It is the joy and wonder of Gods Grace that all saving merit in our Lords life and death becomes ours on simple faith: for by grace have ye been saved THROUGH FAITH; and that not of yourselves: it is the gift of God; not of works, that no man should glory (Eph. 2: 8, 9). A sinners works, so far from saving him, have actually to be repented of - REPENTENCE from dead WORKS (Heb. 6: 1):- for the FREE GIFT of God - unfettered therefore by any obligation on the part of the Giver, and thus completely severed from our merit - is eternal life in Christ Jesus our Lord (Rom. 6: 23) ... We thus draw eternal life solely from the Son of God. God gave unto us eternal life, and this life is in His Son. He that hath the Son HATH THE LIFE; he that hath not the Son of God hath not the life (1 John 5: 11, 12). Eternal life thus rests for ever on simple, saving faith, which produces immediate regeneration, incorporation into Christ, the indwelling of the Holy Ghost, and indefectible life. He that believeth on the Son hath EVERLASTING life (John 3: 36).
These unequivocal utterances might suffice to show that the leading advocates of Selective Rapture and Resurrection have declared plainly that the eternal security of the believer in Christ is emphatically part of their teaching. Here I should much prefer to leave the matter, but it is the case that at the present time I myself am the principal writer upon the same side, and it is to nullify as far as possible my writings and influence that present criticisms are mainly directed. It is the more regrettable that writers of today should bring the complaint that the doctrine in question negatives the doctrine of eternal security, for they are acquainted with my writings and must know that I have declared emphatically my conviction of the eternal security of the regenerate. I ask the unbiassed reader to ponder these three statements from three of my books on these subjects.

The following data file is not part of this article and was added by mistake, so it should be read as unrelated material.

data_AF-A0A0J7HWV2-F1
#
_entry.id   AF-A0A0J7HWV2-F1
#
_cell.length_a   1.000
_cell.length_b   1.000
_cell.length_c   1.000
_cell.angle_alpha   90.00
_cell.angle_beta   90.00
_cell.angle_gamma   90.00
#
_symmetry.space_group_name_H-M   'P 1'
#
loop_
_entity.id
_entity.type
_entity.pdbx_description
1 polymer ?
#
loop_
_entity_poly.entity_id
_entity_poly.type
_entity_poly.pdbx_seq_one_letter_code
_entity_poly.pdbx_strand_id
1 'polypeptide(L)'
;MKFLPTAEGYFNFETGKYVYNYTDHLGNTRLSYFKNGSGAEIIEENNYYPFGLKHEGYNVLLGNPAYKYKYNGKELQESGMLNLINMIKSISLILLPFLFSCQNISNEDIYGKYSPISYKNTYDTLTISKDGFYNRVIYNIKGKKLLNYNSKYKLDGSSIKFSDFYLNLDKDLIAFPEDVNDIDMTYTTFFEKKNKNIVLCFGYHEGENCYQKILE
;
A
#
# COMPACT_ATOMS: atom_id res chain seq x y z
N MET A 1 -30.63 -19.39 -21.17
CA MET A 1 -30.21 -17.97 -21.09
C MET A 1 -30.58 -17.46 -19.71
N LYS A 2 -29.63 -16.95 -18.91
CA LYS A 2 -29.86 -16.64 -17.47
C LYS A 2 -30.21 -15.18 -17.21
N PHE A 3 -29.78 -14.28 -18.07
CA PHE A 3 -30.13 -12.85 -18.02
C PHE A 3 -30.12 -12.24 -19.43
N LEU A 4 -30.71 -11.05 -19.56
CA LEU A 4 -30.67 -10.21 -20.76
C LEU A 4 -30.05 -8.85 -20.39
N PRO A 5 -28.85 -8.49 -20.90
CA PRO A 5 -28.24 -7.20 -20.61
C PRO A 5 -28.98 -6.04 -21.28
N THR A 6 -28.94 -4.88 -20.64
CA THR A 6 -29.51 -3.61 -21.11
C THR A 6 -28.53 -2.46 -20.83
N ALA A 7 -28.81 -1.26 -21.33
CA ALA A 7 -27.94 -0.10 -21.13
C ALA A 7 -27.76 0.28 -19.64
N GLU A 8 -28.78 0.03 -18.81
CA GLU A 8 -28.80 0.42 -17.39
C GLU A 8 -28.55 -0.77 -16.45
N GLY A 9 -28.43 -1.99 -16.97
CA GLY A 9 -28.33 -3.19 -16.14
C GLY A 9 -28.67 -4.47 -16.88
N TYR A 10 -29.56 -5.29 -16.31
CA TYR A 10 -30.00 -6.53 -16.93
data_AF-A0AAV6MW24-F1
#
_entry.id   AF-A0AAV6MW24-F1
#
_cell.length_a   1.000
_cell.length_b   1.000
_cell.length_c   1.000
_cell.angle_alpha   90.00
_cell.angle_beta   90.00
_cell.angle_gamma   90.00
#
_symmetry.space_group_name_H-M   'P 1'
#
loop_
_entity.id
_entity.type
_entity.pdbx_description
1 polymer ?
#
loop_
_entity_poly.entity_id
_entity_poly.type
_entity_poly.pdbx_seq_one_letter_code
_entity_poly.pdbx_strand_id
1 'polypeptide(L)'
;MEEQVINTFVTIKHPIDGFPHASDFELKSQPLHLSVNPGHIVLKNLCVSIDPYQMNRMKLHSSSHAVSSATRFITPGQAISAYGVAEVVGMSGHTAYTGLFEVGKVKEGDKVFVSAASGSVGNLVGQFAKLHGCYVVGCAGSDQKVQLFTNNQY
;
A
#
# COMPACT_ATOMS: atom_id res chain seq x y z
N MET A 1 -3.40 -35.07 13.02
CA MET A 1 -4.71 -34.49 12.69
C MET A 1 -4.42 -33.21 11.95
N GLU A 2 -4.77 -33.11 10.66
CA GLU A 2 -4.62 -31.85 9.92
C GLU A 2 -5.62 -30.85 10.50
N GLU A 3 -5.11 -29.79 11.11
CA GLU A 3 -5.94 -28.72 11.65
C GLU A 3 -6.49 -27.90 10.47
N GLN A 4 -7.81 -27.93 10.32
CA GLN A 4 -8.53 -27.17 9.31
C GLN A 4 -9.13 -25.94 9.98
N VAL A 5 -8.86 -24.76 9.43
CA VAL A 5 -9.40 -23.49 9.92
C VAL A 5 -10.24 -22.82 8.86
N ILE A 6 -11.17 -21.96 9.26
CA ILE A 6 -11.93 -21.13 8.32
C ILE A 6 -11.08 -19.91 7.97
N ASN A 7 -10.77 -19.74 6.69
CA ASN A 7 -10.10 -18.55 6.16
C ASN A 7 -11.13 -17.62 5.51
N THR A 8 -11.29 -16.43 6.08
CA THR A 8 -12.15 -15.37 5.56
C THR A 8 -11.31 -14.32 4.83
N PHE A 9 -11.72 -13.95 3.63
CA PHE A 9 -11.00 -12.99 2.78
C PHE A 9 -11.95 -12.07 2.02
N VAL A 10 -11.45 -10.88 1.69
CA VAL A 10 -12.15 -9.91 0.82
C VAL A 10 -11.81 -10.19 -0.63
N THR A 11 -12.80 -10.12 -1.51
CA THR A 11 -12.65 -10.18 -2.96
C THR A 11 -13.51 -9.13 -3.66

On pages 14, 15 of Firstfruits and Harvest it is said that
It is at this point that the ifs of the Word of God come in, and are so solemn and significant. Whenever the matter is that of the pardon of sin, the justifying of the guilty, the gift of eternal life, Scripture ever speaks positively and unconditionally. The sinner is justified freely by Gods grace, and the free gift of God is eternal life (Rom. 3: 24; 6: 23), in which places the word free means free of conditions, not only of payment. Eternal life therefore is what is called in law an absolute gift, in contrast to a conditional gift. The latter may be forfeited if the condition is not fulfilled; the former is irrevocable. But as soon as the sinner has by faith entered into this standing before God, then the Word begins at once to speak to him with Ifs. From this point and forward every privilege is conditional. One of my present critics wrote a long attack upon my treatise The Revelation of Jesus Christ. He had therefore read the following very definite avowal on pages 14 and 15 in the Preface:
This book is written by one who is thoroughly persuaded that the teaching of Scripture is that no justified and regenerate persons can ever be finally lost. Devout and learned men have held the opposite; and they support that view by many solemn passages, such as John 15, Heb. 6, and others. In my Firstborn Sons, Their Rights and Risks I have endeavoured to show that these portions of the Word are harmonious with the belief that no person once saved can be lost eternally, but that they do contain a searching warning message to the child of God, especially as regards the millennial kingdom. It is upon this line that some parts of Revelation are here expounded; but I must ask once and for all that the reader, when he comes to these passages, will remember that it has been here avowed in advance that salvation from the lake of fire, once secured by faith in the precious blood of Christ, is unforfeitable.
Yet in spite of this avowal my critic alleged and alleges that my views contradict the truth of eternal security. Present critics know well that two years ago I issued an extended commentary entitled The Epistle to the Hebrews. This sets forth at length the privileges that grace grants to the obedience of faith and also the penalties incurred by godlessness in believers. Now at the very heart of this exposition there is a special discussion to prove the eternal security of all the regenerate. It occupies nearly six pages of small type and runs to over 3,000 words. The concluding sentence reads: